As a whole, Into the Stars is a game about taking risks. While some cases may call for the occasional space heroics, most of the time you'll have to play it safe. During planetary examinations, sometimes its better to send probes, which result in a mini-game where you mine materials. Though keep in mind, the lives of your crew and your cargo of human survivors are a valuable resource as well. While traveling in space, you'll come across merchants that may sell goods at the cost of valuable materials vital to the function of your ship. While giving away minerals may be easy, in some cases merchants may request some humans for the trade. It's a pretty grim prospect, and though it may be easy to turn down a request when its first presented to you, you might be in a tight spot and have to entertain the offer. By any means necessary, your ship has to make to Titus Nova, and you may have to make some decisions that could compromise your own captain's humanity.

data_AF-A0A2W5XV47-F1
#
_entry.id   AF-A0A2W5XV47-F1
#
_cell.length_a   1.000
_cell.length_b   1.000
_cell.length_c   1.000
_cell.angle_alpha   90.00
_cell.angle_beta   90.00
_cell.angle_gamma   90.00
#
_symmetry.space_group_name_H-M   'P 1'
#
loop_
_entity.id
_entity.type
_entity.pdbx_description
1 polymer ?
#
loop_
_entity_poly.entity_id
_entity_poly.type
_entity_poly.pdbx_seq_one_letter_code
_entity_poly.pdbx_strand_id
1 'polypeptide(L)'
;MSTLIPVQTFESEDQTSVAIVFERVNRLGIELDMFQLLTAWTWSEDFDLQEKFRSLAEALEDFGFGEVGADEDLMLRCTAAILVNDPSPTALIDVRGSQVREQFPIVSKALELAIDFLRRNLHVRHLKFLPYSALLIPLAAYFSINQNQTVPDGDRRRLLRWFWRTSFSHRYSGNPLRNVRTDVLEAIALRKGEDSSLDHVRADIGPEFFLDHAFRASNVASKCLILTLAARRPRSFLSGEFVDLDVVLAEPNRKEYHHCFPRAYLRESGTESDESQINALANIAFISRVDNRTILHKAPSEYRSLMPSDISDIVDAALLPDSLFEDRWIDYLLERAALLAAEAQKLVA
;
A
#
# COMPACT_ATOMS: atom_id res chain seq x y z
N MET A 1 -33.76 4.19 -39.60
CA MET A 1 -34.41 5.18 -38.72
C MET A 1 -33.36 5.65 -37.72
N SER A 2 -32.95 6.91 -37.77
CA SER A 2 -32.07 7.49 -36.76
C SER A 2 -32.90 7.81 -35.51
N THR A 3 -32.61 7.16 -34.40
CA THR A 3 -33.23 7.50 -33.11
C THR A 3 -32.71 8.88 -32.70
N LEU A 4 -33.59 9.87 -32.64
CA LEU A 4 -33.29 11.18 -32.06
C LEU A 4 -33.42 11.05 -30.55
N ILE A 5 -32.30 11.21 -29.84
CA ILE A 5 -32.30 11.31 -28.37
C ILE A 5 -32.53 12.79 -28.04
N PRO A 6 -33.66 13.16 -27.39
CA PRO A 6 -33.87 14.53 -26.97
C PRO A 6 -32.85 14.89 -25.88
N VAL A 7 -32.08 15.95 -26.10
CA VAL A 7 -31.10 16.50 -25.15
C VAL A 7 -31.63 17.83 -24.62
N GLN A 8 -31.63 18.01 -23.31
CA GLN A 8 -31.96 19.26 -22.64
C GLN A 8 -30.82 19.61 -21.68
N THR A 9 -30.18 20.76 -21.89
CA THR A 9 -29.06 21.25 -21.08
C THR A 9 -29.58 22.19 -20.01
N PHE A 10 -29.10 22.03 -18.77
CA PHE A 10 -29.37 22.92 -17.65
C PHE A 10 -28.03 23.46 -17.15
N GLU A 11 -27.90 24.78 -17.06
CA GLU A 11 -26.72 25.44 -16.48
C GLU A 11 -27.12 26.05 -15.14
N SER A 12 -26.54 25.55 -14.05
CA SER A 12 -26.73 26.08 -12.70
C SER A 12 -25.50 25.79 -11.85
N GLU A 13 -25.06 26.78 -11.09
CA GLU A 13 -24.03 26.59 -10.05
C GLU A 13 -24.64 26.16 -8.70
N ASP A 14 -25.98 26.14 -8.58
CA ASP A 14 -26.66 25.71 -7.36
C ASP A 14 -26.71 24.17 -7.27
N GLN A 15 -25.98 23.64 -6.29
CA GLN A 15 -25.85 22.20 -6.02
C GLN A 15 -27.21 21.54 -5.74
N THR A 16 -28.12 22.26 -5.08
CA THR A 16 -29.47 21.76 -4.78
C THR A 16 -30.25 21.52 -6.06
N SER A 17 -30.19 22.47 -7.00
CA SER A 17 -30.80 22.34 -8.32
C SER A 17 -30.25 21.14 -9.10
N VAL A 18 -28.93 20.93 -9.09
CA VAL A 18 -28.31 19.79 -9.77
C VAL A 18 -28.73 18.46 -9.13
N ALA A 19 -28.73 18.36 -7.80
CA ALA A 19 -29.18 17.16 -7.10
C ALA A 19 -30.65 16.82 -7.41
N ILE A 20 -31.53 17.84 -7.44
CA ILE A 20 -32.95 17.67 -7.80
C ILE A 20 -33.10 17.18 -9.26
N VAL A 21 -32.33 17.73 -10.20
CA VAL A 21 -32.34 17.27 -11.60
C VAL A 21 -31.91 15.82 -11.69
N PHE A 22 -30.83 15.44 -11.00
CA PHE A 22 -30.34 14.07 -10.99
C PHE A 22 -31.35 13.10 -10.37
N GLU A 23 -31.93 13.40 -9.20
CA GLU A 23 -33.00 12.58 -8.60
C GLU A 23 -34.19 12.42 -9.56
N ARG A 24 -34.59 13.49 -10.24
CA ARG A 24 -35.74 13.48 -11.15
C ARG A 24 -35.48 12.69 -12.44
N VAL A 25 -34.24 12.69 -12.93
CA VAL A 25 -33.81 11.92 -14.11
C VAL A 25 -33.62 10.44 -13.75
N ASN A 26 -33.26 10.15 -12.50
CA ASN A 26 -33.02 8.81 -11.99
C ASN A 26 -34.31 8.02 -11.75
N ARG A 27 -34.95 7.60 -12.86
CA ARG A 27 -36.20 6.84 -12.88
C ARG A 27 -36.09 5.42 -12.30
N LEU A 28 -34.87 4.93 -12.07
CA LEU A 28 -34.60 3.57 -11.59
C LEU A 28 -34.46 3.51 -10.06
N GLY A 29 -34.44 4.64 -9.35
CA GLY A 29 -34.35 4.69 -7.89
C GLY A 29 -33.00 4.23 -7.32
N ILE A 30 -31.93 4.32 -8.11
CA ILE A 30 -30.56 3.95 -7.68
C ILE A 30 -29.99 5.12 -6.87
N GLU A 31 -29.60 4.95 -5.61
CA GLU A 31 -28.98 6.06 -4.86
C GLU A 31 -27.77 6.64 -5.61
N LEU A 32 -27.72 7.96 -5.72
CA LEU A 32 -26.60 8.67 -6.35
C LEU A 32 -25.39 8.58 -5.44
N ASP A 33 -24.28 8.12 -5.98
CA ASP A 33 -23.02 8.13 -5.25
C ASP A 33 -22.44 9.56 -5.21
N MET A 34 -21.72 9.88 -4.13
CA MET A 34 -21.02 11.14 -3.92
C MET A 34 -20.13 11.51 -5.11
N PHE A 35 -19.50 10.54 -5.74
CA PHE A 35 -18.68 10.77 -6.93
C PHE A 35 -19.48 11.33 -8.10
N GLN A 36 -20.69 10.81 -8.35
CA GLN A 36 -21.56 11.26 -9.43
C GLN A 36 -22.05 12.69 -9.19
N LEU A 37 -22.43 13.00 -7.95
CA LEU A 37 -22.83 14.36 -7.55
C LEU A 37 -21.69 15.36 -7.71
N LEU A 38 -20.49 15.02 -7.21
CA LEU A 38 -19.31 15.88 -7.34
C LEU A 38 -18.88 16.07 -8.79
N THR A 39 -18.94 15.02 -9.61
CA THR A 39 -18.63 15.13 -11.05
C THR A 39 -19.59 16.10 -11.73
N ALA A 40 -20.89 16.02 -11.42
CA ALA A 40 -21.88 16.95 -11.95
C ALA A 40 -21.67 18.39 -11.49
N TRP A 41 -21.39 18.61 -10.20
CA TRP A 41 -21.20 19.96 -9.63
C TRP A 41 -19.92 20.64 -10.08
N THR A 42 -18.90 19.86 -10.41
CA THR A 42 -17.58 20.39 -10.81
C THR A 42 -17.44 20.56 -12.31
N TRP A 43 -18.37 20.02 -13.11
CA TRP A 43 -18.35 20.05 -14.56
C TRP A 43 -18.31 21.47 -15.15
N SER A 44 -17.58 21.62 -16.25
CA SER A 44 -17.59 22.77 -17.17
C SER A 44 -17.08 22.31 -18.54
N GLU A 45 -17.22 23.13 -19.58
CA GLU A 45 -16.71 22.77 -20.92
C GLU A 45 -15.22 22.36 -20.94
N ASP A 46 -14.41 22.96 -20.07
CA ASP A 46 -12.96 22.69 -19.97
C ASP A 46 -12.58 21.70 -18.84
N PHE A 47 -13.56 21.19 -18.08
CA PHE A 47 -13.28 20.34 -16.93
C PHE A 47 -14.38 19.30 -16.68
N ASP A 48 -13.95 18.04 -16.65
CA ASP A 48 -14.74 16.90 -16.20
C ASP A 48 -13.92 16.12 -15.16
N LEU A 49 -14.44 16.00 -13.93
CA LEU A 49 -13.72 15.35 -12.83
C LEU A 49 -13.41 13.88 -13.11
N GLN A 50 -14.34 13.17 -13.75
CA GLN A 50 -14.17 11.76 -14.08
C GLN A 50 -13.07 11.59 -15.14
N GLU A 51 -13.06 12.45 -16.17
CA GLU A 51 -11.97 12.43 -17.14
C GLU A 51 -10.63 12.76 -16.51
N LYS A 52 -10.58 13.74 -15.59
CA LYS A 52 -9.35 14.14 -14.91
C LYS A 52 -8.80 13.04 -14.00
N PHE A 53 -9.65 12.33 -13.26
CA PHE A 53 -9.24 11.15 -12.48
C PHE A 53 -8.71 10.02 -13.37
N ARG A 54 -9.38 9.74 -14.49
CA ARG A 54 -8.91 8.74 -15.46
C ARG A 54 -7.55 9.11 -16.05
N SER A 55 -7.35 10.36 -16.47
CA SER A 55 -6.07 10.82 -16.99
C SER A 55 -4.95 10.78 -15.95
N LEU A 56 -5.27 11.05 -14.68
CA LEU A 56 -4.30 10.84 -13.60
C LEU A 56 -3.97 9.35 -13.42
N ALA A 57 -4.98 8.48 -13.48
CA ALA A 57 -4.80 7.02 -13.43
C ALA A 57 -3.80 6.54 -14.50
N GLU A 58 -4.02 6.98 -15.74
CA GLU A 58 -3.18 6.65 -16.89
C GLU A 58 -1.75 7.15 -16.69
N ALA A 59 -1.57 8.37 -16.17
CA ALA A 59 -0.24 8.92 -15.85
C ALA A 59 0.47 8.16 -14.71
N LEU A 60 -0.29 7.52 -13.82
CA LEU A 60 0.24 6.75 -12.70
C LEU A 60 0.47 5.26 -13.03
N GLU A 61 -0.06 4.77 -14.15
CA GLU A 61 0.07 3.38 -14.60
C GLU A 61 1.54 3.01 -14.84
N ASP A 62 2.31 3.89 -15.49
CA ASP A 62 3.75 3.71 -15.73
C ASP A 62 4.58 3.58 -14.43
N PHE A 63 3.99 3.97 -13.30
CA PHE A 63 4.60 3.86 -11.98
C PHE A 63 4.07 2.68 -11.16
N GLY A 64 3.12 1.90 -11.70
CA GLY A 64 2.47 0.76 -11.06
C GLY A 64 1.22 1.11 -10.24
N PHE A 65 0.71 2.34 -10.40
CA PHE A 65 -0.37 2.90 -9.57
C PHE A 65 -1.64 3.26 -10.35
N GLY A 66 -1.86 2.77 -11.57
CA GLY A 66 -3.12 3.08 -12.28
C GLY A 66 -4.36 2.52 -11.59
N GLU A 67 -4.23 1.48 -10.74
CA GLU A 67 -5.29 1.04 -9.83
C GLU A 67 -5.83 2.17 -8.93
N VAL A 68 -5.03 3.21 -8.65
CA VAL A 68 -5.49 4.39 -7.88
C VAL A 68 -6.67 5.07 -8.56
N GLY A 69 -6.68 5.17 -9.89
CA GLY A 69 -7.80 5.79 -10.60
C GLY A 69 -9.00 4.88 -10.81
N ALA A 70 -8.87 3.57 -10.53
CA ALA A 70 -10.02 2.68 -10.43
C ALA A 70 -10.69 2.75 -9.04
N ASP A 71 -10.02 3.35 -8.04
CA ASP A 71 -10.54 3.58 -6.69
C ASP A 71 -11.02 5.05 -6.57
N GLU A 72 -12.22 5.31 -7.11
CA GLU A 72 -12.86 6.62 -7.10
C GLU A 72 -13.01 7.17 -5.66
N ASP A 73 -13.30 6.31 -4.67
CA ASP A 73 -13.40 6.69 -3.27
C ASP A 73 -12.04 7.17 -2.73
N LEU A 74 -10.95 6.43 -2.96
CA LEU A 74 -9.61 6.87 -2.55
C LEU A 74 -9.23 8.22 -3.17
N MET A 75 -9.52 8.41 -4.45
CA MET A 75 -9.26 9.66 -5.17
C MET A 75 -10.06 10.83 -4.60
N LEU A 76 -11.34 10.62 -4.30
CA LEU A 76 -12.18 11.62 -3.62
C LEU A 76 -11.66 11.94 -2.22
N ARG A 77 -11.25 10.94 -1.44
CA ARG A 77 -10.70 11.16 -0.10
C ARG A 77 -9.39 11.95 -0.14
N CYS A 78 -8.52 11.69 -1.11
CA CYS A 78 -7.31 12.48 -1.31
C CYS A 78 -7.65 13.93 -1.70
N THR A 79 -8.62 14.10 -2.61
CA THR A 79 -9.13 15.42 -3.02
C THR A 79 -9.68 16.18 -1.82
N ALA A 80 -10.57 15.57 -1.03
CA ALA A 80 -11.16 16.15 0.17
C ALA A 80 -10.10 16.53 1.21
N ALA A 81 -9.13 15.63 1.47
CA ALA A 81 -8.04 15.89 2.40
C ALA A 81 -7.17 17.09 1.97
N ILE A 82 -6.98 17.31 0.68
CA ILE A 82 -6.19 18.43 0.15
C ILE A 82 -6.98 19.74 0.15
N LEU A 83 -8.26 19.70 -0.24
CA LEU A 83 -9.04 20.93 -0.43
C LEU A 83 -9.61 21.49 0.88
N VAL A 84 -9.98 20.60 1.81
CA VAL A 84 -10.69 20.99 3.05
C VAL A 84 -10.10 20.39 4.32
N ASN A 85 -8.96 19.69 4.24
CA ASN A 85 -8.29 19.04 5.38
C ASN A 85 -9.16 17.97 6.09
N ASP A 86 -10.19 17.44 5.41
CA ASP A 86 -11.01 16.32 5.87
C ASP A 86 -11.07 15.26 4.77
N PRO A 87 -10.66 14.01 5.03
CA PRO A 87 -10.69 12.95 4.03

But what would any space opera be without epic ship battles? When you encounter foes that seek to raid your ship, or just want to wipe out what's left of humanity, you'll have to defend the vessel and command your crew in a battle of wits and instinct. Unlike other space-sims, battles take place in quasi-term based format within the confines of the ship. Within the bridge, you have a clear view of the attackers, and you'll have to simultaneously adjust shields, make repairs, and strike against the enemy when the time comes. Initially, I found the battles to be a bit confusing and somewhat dense. It's all in menus, and you have to keep track of different crew attributes and ship parameters to stay one step ahead of your enemies. When making repairs, your view switches over to the engine room as you monitor hull breaches and causalities, all while the enemies are still attacking. While the smaller foes can be easily defeated, facing groups of enemy ships and some of the more massive cruisers can result in somewhat lengthy battles.